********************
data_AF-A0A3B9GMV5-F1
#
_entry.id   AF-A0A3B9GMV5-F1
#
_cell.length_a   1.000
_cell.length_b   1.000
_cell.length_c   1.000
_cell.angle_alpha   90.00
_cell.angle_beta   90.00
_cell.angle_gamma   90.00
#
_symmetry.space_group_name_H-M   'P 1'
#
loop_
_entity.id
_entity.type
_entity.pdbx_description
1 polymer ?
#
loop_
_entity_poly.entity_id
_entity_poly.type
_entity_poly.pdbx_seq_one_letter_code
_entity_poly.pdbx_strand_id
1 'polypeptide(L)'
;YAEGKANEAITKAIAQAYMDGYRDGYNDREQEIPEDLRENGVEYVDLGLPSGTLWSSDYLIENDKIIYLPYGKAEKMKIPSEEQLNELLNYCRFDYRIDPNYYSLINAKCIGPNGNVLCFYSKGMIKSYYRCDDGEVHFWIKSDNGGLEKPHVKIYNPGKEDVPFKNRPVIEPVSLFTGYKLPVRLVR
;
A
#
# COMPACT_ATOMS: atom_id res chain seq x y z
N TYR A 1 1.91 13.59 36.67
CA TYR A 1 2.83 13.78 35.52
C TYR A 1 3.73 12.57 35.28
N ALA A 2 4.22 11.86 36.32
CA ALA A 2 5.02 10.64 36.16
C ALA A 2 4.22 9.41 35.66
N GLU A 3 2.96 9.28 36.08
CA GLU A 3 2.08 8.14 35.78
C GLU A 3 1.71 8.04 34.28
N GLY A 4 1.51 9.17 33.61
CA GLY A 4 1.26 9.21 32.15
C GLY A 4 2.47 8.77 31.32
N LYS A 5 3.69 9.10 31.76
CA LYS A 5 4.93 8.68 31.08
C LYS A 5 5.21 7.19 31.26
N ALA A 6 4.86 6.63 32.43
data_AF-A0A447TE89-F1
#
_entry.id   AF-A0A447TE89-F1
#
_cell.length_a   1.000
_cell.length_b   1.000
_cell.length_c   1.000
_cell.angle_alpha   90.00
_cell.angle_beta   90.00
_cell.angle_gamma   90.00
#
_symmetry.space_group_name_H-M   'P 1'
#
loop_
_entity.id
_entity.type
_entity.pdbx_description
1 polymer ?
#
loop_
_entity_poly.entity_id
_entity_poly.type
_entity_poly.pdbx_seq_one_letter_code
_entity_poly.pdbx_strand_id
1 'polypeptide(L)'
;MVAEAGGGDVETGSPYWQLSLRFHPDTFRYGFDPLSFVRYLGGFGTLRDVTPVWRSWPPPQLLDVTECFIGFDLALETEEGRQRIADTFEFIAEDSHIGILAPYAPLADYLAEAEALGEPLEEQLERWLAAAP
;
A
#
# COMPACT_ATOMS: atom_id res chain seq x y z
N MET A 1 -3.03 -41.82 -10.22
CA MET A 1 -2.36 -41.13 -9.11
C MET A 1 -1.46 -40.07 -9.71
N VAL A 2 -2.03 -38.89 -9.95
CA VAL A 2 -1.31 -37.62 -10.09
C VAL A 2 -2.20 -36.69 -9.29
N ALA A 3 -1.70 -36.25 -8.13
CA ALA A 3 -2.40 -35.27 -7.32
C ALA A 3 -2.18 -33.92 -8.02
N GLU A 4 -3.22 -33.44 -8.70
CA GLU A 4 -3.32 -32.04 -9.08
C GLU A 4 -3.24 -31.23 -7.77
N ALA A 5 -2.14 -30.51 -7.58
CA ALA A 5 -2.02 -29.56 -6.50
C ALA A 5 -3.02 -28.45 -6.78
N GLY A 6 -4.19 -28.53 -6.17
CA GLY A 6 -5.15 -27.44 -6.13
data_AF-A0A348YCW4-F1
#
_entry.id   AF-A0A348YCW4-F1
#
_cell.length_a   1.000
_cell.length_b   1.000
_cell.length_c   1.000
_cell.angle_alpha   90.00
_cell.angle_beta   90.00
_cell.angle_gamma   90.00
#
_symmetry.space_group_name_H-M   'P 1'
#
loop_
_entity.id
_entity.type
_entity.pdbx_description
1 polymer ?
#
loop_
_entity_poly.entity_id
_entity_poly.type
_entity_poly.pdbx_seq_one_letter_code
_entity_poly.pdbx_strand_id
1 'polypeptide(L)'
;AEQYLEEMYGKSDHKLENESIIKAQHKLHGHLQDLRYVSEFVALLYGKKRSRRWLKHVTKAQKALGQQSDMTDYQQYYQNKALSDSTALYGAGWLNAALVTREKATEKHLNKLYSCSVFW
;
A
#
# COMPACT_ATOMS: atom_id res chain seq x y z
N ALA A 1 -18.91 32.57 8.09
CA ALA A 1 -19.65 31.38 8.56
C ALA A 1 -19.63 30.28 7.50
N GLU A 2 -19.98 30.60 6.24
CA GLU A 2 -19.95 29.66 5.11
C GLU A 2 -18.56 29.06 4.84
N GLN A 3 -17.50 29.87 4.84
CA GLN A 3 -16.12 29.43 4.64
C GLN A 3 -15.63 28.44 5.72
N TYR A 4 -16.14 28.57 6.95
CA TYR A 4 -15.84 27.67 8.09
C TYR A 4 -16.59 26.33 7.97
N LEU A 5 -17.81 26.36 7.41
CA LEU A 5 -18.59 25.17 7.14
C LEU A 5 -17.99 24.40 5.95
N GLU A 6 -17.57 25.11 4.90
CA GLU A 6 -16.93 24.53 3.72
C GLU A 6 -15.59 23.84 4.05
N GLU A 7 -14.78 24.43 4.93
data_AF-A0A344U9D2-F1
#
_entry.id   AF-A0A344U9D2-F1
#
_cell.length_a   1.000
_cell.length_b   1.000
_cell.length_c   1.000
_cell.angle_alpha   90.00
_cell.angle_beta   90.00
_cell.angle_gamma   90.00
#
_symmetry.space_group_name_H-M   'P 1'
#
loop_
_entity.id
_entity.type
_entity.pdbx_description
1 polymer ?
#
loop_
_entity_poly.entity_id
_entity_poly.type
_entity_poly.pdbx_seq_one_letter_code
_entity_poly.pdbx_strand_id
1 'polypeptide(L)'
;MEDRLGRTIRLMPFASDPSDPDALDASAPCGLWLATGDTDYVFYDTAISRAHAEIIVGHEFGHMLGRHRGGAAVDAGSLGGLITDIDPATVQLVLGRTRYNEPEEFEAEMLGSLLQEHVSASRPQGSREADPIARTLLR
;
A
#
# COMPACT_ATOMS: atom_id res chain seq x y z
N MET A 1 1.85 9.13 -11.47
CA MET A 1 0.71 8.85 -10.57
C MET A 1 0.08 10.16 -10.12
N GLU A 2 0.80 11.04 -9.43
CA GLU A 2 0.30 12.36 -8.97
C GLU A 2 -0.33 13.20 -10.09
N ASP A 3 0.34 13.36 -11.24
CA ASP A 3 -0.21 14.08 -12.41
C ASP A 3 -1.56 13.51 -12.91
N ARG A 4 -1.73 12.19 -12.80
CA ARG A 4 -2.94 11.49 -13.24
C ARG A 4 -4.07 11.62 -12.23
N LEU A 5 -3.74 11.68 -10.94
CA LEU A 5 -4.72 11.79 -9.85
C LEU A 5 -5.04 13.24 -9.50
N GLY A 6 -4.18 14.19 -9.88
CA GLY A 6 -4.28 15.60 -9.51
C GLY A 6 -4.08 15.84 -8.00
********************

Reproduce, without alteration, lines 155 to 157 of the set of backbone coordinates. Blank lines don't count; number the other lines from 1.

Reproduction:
#
loop_
_entity.id